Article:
A Brainerd psychiatrist, Dr. Richard O. Walker Jr., was reprimanded for unprofessional and unethical conduct.
Walker's license to practice medicine in Minnesota was restricted by the Complaint Review Committee of the Minnesota Board of Medical Practice, according to a release by the board today.
Walker, 46, was unable to be reached for comment.
The reprimand stems from psychiatric services Walker provided to an approximately 21-year-old female patient from May 23 to Sept. 8, 1997. The medical board reported the patient had a history of depression and mixed substance abuse and Walker provided medical management of psychiatric medication following a referral from the patient's therapist.
It was that management of the patient that raised concerns with the medical board.
The board stated Walker "failed to maintain appropriate boundaries" with the patient and her family during and after his treatment of her. Walker "was involved in a personal relationship with (the patient's) mother on or before Sept. 8, 1997, until the end of December 1997."
Walker was prescribing Prozac and refills for the client during the same time period.
The medical board reported Walker "failed to appreciate how the personal relationship he engaged in with (the patient) and her mother might negatively impact" the patient's course of therapy. He also failed to appropriately and clearly terminate his therapeutic relationship with the patient, the medical board findings stated.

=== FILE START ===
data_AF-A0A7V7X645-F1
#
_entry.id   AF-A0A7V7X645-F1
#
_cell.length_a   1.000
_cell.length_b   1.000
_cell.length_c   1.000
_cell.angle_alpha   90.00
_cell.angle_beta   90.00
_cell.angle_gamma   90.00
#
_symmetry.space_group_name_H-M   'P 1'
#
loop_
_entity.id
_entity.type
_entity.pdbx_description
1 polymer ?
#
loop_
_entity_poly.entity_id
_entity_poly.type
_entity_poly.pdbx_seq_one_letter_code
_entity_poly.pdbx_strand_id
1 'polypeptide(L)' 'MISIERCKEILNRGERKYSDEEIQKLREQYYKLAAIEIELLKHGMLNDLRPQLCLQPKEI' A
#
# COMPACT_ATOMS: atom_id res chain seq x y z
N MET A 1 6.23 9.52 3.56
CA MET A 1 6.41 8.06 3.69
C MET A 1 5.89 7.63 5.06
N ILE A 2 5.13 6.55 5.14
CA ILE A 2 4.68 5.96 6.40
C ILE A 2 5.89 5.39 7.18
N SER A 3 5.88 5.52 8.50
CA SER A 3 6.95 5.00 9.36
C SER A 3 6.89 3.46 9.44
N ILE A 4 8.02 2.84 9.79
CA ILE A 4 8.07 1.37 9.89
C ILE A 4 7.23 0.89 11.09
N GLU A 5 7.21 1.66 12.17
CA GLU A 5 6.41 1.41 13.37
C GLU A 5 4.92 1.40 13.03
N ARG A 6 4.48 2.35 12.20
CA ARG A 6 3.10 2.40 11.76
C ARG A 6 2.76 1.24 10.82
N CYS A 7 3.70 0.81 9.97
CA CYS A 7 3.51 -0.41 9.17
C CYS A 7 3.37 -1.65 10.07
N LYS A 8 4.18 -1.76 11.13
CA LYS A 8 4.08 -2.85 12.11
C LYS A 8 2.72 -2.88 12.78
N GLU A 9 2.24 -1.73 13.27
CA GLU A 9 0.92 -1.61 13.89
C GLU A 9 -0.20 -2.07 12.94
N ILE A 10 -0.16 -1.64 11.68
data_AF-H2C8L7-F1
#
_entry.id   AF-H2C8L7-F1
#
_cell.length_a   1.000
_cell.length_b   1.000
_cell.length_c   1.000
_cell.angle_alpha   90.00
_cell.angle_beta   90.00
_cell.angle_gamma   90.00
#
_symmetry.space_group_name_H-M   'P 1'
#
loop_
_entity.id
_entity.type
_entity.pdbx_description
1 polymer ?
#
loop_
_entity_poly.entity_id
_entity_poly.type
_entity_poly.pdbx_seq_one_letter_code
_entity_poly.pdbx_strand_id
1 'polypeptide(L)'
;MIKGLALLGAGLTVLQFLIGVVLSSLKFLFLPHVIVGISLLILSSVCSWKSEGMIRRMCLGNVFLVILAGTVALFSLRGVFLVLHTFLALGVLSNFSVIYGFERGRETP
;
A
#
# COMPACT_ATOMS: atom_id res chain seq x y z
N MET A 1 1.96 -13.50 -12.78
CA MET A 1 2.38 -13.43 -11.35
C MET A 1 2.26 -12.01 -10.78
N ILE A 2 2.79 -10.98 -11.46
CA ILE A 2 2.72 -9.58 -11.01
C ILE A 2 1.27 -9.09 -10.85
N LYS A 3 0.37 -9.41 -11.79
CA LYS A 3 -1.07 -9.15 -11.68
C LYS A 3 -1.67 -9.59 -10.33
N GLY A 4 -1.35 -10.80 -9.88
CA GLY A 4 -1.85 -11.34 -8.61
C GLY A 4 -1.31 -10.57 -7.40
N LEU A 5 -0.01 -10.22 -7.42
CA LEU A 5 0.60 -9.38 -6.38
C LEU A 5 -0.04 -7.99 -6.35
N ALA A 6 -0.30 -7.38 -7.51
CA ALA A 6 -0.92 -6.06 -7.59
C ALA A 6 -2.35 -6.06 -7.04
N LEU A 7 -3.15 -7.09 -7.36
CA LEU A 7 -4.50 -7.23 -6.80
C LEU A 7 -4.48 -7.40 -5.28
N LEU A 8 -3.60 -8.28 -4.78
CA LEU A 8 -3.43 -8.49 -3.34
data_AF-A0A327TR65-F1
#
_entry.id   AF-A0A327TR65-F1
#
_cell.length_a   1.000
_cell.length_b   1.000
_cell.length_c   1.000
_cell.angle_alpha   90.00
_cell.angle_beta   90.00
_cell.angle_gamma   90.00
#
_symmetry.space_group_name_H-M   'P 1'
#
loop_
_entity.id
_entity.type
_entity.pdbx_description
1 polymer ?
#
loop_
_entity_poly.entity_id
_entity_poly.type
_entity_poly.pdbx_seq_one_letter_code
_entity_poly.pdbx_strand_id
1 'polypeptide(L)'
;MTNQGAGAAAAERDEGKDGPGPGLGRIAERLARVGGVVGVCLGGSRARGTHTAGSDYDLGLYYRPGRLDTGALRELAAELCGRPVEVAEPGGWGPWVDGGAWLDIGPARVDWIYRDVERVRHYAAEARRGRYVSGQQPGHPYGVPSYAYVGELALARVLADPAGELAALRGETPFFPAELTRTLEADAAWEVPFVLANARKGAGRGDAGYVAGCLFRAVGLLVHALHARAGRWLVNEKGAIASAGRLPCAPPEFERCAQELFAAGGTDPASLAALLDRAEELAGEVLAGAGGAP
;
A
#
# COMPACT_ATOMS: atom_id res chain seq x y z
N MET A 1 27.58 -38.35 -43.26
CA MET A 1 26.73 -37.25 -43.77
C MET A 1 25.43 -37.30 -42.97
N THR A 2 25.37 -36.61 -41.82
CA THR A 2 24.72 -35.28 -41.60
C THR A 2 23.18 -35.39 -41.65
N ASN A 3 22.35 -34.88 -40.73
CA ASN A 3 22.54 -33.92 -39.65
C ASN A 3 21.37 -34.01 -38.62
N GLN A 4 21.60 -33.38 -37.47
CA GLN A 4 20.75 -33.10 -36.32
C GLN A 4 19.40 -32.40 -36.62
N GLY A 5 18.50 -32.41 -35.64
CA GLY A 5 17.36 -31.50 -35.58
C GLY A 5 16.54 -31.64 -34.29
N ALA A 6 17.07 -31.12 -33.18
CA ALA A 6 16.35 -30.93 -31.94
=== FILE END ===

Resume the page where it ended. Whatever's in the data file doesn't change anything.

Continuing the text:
In the board's order, Walker was stated to have acknowledged there was not a record documenting a formal termination of the professional relationship with the patient even through he stopped seeing the patient as her psychiatrist when he became friends with her mother.
Walker was reprimanded by the Minnesota Board of Medical Practice and was ordered to successfully complete a pre-approved "boundaries" course within nine months.
Boundaries courses cover a broad range of issues and can be tailor-made to the physician and the incident. Walker was also ordered to pay a civil penalty of $5,000 within one year as partial reimbursement of the board's investigative costs.
Upon completion of those requirements, Walker may petition for reinstatement of an unconditional license to practice medicine in the state.
Walker had a previous issue with the board. On June 22, 1992, Walker entered into an order with the medical board based on chemical dependency and self-prescribing that required him, among other things, to abstain from the use of alcohol or mood-altering chemicals.
On Nov. 13, 1993, the board determined Walker had satisfied the terms of the order and an unconditional license was approved. Walker has been licensed to practice medicine in Minnesota since November 1984.
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